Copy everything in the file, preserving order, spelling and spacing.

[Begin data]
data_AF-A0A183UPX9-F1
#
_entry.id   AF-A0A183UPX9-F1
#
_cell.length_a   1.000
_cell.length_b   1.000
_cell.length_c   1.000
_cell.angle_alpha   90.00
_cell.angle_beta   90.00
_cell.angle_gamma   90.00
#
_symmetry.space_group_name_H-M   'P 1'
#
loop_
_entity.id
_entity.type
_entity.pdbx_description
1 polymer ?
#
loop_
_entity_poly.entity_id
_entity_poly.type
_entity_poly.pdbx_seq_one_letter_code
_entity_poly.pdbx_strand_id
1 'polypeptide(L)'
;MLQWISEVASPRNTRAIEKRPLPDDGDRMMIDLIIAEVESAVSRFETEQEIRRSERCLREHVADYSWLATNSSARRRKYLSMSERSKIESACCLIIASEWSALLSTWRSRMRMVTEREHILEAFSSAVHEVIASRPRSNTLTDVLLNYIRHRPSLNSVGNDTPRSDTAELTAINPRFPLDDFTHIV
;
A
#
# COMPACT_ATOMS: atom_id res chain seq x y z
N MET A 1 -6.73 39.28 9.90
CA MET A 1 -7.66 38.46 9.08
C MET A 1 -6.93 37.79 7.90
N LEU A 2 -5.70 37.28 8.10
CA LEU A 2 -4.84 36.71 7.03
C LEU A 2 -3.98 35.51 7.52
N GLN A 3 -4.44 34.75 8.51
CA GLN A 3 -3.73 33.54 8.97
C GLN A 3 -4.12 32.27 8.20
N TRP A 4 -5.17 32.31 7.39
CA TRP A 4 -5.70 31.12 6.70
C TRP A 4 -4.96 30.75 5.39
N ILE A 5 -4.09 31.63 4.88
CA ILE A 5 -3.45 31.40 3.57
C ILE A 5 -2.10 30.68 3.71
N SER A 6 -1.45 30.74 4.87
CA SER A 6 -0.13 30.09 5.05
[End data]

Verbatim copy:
data_AF-A0A183UPX9-F1
#
_entry.id   AF-A0A183UPX9-F1
#
_cell.length_a   1.000
_cell.length_b   1.000
_cell.length_c   1.000
_cell.angle_alpha   90.00
_cell.angle_beta   90.00
_cell.angle_gamma   90.00
#
_symmetry.space_group_name_H-M   'P 1'
#
loop_
_entity.id
_entity.type
_entity.pdbx_description
1 polymer ?
#
loop_
_entity_poly.entity_id
_entity_poly.type
_entity_poly.pdbx_seq_one_letter_code
_entity_poly.pdbx_strand_id
1 'polypeptide(L)'
;MLQWISEVASPRNTRAIEKRPLPDDGDRMMIDLIIAEVESAVSRFETEQEIRRSERCLREHVADYSWLATNSSARRRKYLSMSERSKIESACCLIIASEWSALLSTWRSRMRMVTEREHILEAFSSAVHEVIASRPRSNTLTDVLLNYIRHRPSLNSVGNDTPRSDTAELTAINPRFPLDDFTHIV
;
A
#
# COMPACT_ATOMS: atom_id res chain seq x y z
N MET A 1 -6.73 39.28 9.90
CA MET A 1 -7.66 38.46 9.08
C MET A 1 -6.93 37.79 7.90
N LEU A 2 -5.70 37.28 8.10
CA LEU A 2 -4.84 36.71 7.03
C LEU A 2 -3.98 35.51 7.52
N GLN A 3 -4.44 34.75 8.51
CA GLN A 3 -3.73 33.54 8.97
C GLN A 3 -4.12 32.27 8.20
N TRP A 4 -5.17 32.31 7.39
CA TRP A 4 -5.70 31.12 6.70
C TRP A 4 -4.96 30.75 5.39
N ILE A 5 -4.09 31.63 4.88
CA ILE A 5 -3.45 31.40 3.57
C ILE A 5 -2.10 30.68 3.71
N SER A 6 -1.45 30.74 4.87
CA SER A 6 -0.13 30.09 5.05